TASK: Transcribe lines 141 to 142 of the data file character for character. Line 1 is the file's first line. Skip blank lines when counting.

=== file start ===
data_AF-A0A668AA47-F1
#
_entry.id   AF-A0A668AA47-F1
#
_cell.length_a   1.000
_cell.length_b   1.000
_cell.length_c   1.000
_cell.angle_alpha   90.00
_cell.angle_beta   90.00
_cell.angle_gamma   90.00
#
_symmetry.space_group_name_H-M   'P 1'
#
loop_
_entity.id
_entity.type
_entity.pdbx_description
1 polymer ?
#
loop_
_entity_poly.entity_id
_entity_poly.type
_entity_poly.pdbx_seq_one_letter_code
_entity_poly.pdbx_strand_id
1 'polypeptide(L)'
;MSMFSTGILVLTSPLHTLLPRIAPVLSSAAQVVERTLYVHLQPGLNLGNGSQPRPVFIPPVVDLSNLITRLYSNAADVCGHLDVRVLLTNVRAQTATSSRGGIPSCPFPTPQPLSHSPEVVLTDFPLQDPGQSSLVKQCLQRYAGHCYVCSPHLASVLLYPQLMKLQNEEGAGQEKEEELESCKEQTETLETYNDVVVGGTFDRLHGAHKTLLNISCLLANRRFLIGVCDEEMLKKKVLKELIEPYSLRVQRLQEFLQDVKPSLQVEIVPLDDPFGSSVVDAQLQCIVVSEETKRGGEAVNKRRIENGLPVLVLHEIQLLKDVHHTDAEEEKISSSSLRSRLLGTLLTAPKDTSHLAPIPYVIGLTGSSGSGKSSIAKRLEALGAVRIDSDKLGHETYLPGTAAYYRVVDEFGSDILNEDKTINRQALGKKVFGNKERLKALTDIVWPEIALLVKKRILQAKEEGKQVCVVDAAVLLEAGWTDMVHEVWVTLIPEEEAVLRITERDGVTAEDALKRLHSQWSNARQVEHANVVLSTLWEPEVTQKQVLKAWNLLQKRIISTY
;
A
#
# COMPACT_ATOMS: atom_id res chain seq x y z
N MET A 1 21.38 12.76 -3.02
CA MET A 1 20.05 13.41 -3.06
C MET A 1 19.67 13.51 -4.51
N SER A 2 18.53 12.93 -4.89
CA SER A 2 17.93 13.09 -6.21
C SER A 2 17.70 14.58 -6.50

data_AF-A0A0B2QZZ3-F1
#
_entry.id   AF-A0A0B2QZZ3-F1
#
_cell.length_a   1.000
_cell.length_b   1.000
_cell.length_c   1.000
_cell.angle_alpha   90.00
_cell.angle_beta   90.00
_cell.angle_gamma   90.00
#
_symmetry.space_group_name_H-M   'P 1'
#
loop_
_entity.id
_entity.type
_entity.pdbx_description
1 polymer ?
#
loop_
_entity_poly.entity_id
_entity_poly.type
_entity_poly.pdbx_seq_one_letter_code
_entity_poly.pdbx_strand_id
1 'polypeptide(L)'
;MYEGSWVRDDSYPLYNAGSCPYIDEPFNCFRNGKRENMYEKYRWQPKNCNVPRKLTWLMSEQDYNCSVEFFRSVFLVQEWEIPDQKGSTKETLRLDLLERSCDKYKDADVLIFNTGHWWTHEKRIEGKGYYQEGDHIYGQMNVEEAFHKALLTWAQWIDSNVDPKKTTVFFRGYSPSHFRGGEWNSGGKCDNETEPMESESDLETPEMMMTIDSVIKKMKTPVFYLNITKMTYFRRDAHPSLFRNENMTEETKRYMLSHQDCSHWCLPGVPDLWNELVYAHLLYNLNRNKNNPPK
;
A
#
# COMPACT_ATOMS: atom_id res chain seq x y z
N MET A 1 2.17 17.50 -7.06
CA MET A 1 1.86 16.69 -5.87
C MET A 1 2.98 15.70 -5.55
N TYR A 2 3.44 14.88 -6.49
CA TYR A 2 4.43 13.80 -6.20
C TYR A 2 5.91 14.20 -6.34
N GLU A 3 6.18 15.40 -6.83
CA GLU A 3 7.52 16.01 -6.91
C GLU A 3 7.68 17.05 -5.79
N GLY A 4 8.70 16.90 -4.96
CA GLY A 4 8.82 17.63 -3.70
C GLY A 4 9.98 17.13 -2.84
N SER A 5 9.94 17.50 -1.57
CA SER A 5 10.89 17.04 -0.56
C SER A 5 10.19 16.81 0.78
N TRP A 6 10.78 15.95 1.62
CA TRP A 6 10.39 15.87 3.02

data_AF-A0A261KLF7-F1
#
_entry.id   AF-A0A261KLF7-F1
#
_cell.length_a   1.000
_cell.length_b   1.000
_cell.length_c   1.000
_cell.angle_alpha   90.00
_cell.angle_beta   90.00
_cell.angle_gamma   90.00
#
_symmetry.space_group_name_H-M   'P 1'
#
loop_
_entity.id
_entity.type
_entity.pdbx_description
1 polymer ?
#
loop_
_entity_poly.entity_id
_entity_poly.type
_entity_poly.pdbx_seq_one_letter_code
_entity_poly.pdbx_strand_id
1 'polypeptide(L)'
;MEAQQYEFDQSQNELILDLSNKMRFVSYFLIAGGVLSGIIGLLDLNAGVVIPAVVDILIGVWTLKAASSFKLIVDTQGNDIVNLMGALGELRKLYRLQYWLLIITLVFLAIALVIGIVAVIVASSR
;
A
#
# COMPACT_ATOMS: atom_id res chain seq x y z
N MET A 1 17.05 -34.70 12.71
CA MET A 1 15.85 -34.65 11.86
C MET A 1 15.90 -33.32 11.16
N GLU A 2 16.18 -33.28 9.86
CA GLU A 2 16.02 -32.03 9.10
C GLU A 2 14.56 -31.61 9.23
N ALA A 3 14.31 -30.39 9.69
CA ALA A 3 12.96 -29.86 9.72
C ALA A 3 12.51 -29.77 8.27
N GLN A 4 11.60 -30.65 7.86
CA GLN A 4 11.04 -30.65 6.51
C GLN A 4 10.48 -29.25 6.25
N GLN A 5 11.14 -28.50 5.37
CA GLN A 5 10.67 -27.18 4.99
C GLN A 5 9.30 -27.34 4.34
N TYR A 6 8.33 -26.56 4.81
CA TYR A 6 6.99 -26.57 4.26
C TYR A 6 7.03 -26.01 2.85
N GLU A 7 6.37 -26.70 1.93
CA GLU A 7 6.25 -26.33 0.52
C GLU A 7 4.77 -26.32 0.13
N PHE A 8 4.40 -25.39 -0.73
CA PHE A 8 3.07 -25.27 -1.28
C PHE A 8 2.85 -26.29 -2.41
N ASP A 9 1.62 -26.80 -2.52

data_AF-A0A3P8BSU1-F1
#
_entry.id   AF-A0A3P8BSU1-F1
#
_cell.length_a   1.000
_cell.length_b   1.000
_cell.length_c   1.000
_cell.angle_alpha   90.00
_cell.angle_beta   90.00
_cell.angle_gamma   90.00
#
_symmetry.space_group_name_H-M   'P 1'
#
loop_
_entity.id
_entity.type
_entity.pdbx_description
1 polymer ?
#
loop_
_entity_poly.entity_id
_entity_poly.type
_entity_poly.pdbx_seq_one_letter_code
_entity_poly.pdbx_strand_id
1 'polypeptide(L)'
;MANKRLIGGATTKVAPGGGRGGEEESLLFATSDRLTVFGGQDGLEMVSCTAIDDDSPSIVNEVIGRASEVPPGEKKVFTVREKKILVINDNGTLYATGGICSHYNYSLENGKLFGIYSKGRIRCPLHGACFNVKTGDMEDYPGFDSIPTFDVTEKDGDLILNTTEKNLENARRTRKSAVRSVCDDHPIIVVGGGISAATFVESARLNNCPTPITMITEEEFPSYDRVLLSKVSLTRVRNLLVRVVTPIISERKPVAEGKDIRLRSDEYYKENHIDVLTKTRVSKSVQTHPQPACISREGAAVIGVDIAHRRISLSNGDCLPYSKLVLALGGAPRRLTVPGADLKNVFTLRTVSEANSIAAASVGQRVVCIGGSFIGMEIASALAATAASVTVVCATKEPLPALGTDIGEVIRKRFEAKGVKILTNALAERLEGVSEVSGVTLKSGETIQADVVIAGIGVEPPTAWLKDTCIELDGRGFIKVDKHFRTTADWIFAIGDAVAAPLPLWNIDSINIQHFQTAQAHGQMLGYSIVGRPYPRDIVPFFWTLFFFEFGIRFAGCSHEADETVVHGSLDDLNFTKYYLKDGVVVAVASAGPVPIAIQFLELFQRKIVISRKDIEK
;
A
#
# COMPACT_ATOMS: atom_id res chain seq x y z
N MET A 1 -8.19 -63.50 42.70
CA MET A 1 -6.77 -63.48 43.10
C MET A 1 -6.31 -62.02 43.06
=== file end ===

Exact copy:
_entry.id   AF-A0A3P8BSU1-F1
#